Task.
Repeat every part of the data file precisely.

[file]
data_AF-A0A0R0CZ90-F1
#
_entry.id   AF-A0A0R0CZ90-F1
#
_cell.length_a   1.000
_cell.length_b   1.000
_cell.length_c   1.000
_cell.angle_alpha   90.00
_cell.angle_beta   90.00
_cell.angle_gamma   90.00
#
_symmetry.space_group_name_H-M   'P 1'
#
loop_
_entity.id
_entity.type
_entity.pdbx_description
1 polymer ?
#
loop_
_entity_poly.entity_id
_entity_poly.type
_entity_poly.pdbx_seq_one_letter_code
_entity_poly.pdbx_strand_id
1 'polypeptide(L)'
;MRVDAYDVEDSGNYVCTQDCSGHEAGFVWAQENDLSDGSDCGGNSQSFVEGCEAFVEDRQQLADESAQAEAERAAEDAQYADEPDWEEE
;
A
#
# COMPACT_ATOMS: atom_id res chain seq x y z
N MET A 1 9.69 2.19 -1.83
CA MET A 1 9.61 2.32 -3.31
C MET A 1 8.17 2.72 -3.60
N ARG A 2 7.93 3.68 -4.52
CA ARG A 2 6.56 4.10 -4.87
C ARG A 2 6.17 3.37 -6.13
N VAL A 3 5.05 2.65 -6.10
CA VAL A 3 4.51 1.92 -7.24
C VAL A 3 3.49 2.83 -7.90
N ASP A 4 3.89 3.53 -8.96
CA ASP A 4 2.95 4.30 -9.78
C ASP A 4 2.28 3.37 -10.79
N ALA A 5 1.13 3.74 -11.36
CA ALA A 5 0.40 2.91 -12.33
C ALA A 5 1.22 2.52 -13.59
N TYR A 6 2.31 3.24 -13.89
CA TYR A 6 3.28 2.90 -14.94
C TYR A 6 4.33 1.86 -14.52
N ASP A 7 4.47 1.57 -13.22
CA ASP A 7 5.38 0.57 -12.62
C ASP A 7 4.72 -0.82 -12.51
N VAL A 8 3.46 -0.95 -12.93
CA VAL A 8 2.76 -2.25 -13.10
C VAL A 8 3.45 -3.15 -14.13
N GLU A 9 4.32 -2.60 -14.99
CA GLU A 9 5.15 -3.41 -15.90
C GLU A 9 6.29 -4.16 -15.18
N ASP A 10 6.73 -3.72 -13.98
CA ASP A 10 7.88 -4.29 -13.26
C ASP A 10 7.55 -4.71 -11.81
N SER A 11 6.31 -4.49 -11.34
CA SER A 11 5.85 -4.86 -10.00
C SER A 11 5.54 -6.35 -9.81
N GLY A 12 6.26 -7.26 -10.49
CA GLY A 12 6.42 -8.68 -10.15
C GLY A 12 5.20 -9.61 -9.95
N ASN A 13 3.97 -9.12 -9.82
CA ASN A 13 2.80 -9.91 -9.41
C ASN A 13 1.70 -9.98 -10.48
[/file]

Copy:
data_AF-A0A0R0CZ90-F1
#
_entry.id   AF-A0A0R0CZ90-F1
#
_cell.length_a   1.000
_cell.length_b   1.000
_cell.length_c   1.000
_cell.angle_alpha   90.00
_cell.angle_beta   90.00
_cell.angle_gamma   90.00
#
_symmetry.space_group_name_H-M   'P 1'
#
loop_
_entity.id
_entity.type
_entity.pdbx_description
1 polymer ?
#
loop_
_entity_poly.entity_id
_entity_poly.type
_entity_poly.pdbx_seq_one_letter_code
_entity_poly.pdbx_strand_id
1 'polypeptide(L)'
;MRVDAYDVEDSGNYVCTQDCSGHEAGFVWAQENDLSDGSDCGGNSQSFVEGCEAFVEDRQQLADESAQAEAERAAEDAQYADEPDWEEE
;
A
#
# COMPACT_ATOMS: atom_id res chain seq x y z
N MET A 1 9.69 2.19 -1.83
CA MET A 1 9.61 2.32 -3.31
C MET A 1 8.17 2.72 -3.60
N ARG A 2 7.93 3.68 -4.52
CA ARG A 2 6.56 4.10 -4.87
C ARG A 2 6.17 3.37 -6.13
N VAL A 3 5.05 2.65 -6.10
CA VAL A 3 4.51 1.92 -7.24
C VAL A 3 3.49 2.83 -7.90
N ASP A 4 3.89 3.53 -8.96
CA ASP A 4 2.95 4.30 -9.78
C ASP A 4 2.28 3.37 -10.79
N ALA A 5 1.13 3.74 -11.36
CA ALA A 5 0.40 2.91 -12.33
C ALA A 5 1.22 2.52 -13.59
N TYR A 6 2.31 3.24 -13.89
CA TYR A 6 3.28 2.90 -14.94
C TYR A 6 4.33 1.86 -14.52
N ASP A 7 4.47 1.57 -13.22
CA ASP A 7 5.38 0.57 -12.62
C ASP A 7 4.72 -0.82 -12.51
N VAL A 8 3.46 -0.95 -12.93
CA VAL A 8 2.76 -2.25 -13.10
C VAL A 8 3.45 -3.15 -14.13
N GLU A 9 4.32 -2.60 -14.99
CA GLU A 9 5.15 -3.41 -15.90
C GLU A 9 6.29 -4.16 -15.18
N ASP A 10 6.73 -3.72 -13.98
CA ASP A 10 7.88 -4.29 -13.26
C ASP A 10 7.55 -4.71 -11.81
N SER A 11 6.31 -4.49 -11.34
CA SER A 11 5.85 -4.86 -10.00
C SER A 11 5.54 -6.35 -9.81
N GLY A 12 6.26 -7.26 -10.49
CA GLY A 12 6.42 -8.68 -10.15
C GLY A 12 5.20 -9.61 -9.95
N ASN A 13 3.97 -9.12 -9.82
CA ASN A 13 2.80 -9.91 -9.41
C ASN A 13 1.70 -9.98 -10.48